Early in the morning of 8 July 1981, a small group of young men left the Nile Club which was Manchester’s leading black nightclub. As they walked along Princess Road, they were challenged by two whites, that “there could never be a riot in Manchester”. The taunting that blacks in Manchester knew their place came in the aftermath of five days of rioting in Liverpool which had resulted in some of the most intense urban violence in post-war England. For the youths who had just left the Nile, what made this jeering banter even more provocative was that they believed that the two whites making the insults were plain-clothes police officers.
The Hytner Report into the disturbances found that at the time of this confrontation,
a white man emerged from a parked van and threw a brick through the window of a pawn shop on the corner of Raby Street and Princess Road… A few minutes later shop windows along Princess Road were being smashed by young black men and not long after that the first of a number of fires was started.
Between 3 and 3:30 am, four shops on Princess Road were looted and a petrol bomb set off at a jewellers in the Moss Side Shopping Precinct damaging six other shops. As they arrived, police and fire service have stones thrown at them by group of thirty youths. Although the Hytner inquiry later emphasised that the initial violence had been committed by mixed groups of young black and whites, the following day Chief Constable James Anderton informed the media that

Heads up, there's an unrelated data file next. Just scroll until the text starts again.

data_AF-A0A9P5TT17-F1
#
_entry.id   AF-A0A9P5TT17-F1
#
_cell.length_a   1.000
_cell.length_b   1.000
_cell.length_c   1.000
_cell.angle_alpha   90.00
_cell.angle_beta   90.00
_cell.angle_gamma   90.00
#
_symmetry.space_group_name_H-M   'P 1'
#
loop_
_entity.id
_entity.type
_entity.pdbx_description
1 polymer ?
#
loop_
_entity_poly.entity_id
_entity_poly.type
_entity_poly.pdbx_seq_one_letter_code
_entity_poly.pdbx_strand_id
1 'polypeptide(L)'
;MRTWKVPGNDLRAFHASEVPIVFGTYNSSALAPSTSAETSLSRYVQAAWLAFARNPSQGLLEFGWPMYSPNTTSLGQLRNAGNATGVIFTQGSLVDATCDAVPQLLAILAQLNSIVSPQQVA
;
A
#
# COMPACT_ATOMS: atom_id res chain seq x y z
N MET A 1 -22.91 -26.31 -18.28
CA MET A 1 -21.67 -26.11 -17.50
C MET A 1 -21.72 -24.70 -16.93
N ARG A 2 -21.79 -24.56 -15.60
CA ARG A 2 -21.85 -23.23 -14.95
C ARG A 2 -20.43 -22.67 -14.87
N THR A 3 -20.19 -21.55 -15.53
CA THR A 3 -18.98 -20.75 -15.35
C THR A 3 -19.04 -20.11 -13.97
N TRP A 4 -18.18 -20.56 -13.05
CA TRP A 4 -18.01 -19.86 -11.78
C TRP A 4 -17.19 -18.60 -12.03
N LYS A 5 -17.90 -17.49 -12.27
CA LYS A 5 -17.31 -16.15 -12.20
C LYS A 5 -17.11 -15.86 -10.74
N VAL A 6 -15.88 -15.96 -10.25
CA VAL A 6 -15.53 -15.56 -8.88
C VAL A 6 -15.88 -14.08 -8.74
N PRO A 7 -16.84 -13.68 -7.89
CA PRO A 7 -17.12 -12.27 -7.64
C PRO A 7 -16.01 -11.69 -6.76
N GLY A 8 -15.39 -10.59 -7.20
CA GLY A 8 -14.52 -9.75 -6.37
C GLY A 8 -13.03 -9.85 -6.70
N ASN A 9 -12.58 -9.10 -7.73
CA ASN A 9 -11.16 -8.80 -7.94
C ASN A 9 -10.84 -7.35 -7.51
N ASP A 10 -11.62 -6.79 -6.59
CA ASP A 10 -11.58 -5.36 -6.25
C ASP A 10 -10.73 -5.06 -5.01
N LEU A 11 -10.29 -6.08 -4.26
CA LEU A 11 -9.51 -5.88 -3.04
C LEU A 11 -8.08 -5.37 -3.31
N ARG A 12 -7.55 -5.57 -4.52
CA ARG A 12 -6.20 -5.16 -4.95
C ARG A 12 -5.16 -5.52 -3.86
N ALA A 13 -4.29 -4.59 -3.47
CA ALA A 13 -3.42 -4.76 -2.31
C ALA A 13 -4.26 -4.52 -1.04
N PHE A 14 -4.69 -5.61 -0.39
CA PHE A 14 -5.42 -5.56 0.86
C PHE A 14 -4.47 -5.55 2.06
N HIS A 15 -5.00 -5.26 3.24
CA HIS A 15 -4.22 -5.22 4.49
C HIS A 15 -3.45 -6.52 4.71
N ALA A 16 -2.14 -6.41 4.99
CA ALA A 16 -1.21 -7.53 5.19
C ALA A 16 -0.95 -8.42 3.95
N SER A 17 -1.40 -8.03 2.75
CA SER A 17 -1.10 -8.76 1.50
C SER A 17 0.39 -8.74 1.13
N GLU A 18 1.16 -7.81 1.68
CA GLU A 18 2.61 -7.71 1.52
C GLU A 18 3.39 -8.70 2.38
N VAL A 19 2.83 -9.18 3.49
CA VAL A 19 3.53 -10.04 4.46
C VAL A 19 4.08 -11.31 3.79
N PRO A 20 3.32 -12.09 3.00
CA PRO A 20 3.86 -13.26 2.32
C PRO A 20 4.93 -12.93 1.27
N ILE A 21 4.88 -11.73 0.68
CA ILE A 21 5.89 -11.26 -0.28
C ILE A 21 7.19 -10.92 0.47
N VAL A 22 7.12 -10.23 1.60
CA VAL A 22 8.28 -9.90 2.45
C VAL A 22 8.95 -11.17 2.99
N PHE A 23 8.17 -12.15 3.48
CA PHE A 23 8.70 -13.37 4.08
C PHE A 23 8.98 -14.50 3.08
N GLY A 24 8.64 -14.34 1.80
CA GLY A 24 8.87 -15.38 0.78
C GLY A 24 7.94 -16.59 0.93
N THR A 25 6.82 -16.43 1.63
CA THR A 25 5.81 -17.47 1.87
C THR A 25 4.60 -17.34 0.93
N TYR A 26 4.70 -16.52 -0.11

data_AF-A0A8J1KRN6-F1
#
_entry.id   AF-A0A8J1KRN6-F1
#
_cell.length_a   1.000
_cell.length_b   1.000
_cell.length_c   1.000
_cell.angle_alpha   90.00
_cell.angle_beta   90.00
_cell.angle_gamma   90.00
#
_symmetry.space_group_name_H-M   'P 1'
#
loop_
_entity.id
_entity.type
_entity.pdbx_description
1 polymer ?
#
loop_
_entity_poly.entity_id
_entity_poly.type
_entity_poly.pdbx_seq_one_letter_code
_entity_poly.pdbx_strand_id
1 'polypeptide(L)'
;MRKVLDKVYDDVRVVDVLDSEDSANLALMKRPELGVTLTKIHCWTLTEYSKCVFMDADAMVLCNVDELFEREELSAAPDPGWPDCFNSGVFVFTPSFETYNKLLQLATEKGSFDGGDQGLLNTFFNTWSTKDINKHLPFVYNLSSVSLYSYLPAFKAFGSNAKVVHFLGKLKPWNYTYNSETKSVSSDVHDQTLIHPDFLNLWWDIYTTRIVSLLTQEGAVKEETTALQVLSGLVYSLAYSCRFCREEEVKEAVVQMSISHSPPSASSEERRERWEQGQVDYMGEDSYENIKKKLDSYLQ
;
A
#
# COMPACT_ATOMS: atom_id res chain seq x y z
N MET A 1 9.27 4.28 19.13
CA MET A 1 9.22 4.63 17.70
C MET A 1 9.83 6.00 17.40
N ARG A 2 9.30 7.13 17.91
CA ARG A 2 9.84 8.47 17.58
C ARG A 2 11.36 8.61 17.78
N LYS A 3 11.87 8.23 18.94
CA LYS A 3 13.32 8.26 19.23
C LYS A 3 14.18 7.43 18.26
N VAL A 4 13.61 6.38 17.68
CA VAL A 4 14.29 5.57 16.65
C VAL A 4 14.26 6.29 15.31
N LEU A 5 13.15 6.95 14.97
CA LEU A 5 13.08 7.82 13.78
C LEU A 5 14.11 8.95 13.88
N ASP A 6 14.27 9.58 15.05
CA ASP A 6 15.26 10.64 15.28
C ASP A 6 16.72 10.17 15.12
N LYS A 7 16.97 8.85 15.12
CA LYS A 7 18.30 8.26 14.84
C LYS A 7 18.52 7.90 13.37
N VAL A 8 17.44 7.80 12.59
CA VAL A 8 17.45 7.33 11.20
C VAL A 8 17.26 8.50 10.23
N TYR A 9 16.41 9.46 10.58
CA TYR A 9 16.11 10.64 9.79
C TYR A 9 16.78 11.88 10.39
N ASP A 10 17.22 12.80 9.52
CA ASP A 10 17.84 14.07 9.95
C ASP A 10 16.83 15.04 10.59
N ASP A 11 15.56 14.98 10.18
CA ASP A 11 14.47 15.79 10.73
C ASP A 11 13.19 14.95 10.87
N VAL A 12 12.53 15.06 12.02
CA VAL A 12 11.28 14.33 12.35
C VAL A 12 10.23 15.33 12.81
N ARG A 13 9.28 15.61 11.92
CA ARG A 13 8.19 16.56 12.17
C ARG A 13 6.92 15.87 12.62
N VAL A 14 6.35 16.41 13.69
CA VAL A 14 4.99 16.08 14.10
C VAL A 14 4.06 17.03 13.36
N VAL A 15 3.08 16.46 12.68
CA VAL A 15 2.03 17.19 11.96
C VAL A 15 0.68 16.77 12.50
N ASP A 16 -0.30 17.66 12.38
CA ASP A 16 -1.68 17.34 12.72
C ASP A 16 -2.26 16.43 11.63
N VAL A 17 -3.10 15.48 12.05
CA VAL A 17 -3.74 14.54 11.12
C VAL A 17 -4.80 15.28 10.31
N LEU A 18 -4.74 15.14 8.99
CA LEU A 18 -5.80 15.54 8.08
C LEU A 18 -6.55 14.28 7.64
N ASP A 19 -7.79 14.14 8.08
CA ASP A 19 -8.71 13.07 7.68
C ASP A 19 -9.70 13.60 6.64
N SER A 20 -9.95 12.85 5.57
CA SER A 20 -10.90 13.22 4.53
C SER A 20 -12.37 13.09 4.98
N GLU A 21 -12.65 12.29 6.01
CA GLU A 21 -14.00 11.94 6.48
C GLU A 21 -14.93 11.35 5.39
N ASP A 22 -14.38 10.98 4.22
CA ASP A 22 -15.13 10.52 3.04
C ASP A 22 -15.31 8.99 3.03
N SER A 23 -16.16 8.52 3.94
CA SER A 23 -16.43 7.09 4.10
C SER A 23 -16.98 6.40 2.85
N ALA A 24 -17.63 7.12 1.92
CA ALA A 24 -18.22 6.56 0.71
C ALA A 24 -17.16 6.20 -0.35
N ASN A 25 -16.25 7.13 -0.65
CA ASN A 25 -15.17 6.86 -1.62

Police vehicles attending and fire tenders arriving at the scene were stoned by large groups of young blacks, and there is no evidence at this moment that any white youths were involved. There is nothing significant in that because of course all the young people in that area are primarily black youngsters.
 Ref. 1114, Manchester Local Studies oral history collection, Tameside Local Studies and Archives Unit.
 Two plain clothes police officers were identified by Greater Manchester Police as being the first to attend the scene – “Latest riot outbreak in Moss Side”, 9 July 1981, LBC / IRN Digitisation Archive.